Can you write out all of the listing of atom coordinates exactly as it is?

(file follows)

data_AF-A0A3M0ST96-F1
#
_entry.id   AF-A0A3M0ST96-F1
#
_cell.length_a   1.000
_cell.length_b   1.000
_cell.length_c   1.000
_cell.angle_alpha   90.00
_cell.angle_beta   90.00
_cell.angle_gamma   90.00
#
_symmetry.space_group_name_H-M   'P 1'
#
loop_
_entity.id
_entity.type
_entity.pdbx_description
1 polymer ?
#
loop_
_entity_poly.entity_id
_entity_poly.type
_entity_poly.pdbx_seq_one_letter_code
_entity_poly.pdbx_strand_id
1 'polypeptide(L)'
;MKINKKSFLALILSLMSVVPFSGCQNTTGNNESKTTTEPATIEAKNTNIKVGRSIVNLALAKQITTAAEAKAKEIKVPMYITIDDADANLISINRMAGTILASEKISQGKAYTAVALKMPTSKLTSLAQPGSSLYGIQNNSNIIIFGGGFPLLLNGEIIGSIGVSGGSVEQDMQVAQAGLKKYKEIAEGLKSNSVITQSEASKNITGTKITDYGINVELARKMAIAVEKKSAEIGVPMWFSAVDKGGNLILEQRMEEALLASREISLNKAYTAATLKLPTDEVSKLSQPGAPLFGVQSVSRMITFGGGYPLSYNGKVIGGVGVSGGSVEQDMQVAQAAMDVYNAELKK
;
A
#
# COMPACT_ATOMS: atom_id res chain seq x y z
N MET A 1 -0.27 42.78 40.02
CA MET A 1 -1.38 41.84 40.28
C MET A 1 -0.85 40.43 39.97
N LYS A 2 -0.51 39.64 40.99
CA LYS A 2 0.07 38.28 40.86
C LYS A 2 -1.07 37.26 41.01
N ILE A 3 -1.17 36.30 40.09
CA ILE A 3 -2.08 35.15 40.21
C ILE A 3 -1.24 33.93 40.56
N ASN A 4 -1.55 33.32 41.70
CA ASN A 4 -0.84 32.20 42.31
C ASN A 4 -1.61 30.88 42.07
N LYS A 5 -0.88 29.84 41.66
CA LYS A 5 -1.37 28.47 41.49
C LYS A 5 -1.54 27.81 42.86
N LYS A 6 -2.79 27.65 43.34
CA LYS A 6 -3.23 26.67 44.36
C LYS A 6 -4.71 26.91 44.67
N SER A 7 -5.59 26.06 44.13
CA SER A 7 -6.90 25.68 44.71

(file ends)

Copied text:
data_AF-A0A3M0ST96-F1
#
_entry.id   AF-A0A3M0ST96-F1
#
_cell.length_a   1.000
_cell.length_b   1.000
_cell.length_c   1.000
_cell.angle_alpha   90.00
_cell.angle_beta   90.00
_cell.angle_gamma   90.00
#
_symmetry.space_group_name_H-M   'P 1'
#
loop_
_entity.id
_entity.type
_entity.pdbx_description
1 polymer ?
#
loop_
_entity_poly.entity_id
_entity_poly.type
_entity_poly.pdbx_seq_one_letter_code
_entity_poly.pdbx_strand_id
1 'polypeptide(L)'
;MKINKKSFLALILSLMSVVPFSGCQNTTGNNESKTTTEPATIEAKNTNIKVGRSIVNLALAKQITTAAEAKAKEIKVPMYITIDDADANLISINRMAGTILASEKISQGKAYTAVALKMPTSKLTSLAQPGSSLYGIQNNSNIIIFGGGFPLLLNGEIIGSIGVSGGSVEQDMQVAQAGLKKYKEIAEGLKSNSVITQSEASKNITGTKITDYGINVELARKMAIAVEKKSAEIGVPMWFSAVDKGGNLILEQRMEEALLASREISLNKAYTAATLKLPTDEVSKLSQPGAPLFGVQSVSRMITFGGGYPLSYNGKVIGGVGVSGGSVEQDMQVAQAAMDVYNAELKK
;
A
#
# COMPACT_ATOMS: atom_id res chain seq x y z
N MET A 1 -0.27 42.78 40.02
CA MET A 1 -1.38 41.84 40.28
C MET A 1 -0.85 40.43 39.97
N LYS A 2 -0.51 39.64 40.99
CA LYS A 2 0.07 38.28 40.86
C LYS A 2 -1.07 37.26 41.01
N ILE A 3 -1.17 36.30 40.09
CA ILE A 3 -2.08 35.15 40.21
C ILE A 3 -1.24 33.93 40.56
N ASN A 4 -1.55 33.32 41.70
CA ASN A 4 -0.84 32.20 42.31
C ASN A 4 -1.61 30.88 42.07
N LYS A 5 -0.88 29.84 41.66
CA LYS A 5 -1.37 28.47 41.49
C LYS A 5 -1.54 27.81 42.86
N LYS A 6 -2.79 27.65 43.34
CA LYS A 6 -3.23 26.67 44.36
C LYS A 6 -4.71 26.91 44.67
N SER A 7 -5.59 26.06 44.13
CA SER A 7 -6.90 25.68 44.71